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Divorce will change your life in ways few other things will. It can mark a fundamental shift in a person’s family structure. As such, it will come as no surprise that divorce can be a lot to handle and add to an already stretched to-do list. Well, there is one item that should be high ranking on that to-do list that you may have left out. Update your estate plan. We know, we know. Looking in on your estate plan is likely the last thing you want to do right now, but it is critical. An estate plan is, after all, most effective when it reflects your most current life circumstances. Failing to review your estate plan post-divorce can have some difficult, unintended consequences.

Post-Divorce Estate Plan Review

In many, if not most, states, getting divorce will trigger an automatic revocation of aspects of your will, such as revoking any gifts or bequests made in your will to your former spouse. This is done without affecting other established parts of your will. Florida Statutes Section 732.507(2) explicitly states that:

“Any provision of a will executed by a married person that affects the spouse of that person shall become void upon the divorce of that person or upon the dissolution or annulment of the marriage. After the dissolution, divorce, or annulment, the will shall be administered and construed as if the former spouse had died at the time of the dissolution, divorce, or annulment of the marriage, unless the will or the dissolution or divorce judgment expressly provides otherwise.”

While it may provide you with some consolation that any gift made to your former spouse in your will should be revoked automatically under Florida law, it is still best practice not to rely on state law for this sort of thing. Instead, it may be best to go review your estate plan and make changes accordingly to reflect your post-divorce wishes. After all, state laws can change. Additionally, this Florida law will not take effect until the issuance of the final divorce decree. This means that it will not change the terms of your will should you pass away in the midst of or during the divorce process.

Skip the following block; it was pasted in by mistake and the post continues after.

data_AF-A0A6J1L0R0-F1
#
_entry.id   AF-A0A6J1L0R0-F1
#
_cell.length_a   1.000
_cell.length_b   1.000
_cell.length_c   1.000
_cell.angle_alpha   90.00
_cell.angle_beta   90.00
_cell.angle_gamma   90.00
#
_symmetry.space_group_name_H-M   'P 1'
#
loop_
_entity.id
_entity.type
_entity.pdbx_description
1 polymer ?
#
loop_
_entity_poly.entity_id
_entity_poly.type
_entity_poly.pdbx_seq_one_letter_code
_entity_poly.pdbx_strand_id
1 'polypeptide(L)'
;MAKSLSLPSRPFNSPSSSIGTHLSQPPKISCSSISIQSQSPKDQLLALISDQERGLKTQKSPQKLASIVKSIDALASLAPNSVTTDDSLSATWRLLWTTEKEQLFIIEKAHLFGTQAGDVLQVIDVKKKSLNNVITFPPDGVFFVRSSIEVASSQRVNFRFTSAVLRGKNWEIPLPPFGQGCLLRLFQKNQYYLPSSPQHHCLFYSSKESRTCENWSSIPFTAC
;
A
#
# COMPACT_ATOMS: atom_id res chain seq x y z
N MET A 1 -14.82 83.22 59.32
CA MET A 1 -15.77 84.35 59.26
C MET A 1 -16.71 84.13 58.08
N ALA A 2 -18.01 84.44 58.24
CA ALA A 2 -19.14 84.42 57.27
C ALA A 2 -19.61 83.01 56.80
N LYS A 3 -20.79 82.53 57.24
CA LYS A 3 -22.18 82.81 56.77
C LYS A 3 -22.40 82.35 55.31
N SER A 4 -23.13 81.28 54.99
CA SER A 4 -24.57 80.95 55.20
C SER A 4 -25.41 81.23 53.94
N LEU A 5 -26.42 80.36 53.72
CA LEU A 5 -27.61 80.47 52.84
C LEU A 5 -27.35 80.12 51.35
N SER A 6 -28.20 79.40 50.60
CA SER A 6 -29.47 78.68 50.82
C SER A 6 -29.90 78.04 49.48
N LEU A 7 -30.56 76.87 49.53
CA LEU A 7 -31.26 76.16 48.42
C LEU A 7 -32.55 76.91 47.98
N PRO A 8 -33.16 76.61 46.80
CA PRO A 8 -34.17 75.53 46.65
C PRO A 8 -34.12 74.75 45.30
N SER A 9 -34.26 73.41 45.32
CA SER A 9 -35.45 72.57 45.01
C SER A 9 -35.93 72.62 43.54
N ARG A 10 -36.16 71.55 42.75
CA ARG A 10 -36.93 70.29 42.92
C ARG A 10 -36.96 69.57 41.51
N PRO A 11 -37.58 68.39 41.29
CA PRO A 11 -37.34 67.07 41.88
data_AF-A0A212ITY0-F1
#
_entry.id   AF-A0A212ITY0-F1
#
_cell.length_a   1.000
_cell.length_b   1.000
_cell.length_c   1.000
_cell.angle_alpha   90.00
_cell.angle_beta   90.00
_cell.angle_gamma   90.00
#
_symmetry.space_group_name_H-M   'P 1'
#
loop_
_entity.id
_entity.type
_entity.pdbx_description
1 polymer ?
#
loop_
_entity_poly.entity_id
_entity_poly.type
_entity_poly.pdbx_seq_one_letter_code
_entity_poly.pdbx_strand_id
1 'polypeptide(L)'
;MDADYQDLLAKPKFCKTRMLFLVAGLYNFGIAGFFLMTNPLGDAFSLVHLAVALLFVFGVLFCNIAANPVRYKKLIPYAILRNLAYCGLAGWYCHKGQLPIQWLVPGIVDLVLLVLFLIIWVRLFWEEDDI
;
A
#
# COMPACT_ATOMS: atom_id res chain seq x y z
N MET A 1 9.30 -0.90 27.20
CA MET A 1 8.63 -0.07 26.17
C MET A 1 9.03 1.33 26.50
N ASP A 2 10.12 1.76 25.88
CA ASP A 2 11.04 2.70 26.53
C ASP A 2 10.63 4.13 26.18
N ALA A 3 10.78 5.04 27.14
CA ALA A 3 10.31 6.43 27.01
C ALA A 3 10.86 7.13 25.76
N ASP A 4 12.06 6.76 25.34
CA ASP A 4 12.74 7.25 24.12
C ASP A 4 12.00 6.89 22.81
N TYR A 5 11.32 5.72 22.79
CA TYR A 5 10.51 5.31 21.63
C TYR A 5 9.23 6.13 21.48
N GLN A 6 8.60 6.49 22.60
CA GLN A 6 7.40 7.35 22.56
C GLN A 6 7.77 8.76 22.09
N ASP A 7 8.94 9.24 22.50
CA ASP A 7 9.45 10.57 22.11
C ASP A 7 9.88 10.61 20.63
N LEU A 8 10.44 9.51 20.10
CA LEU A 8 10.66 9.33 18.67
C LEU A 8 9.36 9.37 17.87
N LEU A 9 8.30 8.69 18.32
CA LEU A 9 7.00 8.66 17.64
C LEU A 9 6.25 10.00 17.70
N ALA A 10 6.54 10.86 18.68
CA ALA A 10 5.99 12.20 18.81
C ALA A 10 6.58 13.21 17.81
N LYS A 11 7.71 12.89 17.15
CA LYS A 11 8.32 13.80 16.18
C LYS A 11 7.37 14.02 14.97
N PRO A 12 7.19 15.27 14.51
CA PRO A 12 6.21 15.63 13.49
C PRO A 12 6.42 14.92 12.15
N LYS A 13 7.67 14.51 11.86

Review your estate plan and make changes to your will accordingly. This should include changing designations as to who should inherit what, as it is likely that your former spouse or soon-to-be former spouse would inherit the bulk of your state pursuant to the terms of your will. Furthermore, you may have designated your former spouse as your personal representative. It is also likely that you will want to change this as well. Reflect on who you would want to serve, and who would be willing and able to serve, as personal representative of your estate in light of your change in circumstances. You will also want to consider updating any powers of attorney that name your former spouse as your agent.

You should also go through your assets to update your beneficiary designations. There are many significant assets, after all, that pass outside of a will. Many of these assets allow for beneficiary designations and it is likely that you designated your former spouse. Update beneficiary designations accordingly for things such as:

  • Life insurance policies
  • Pay-on-death accounts
  • Transfer-on-death accounts
  • IRAs, 401(k)s and other retirement accounts

Florida Estate Planning Attorney

Whether you need to update your estate plan or put one in place, Verras Law is here to help. Contact Verras Law today.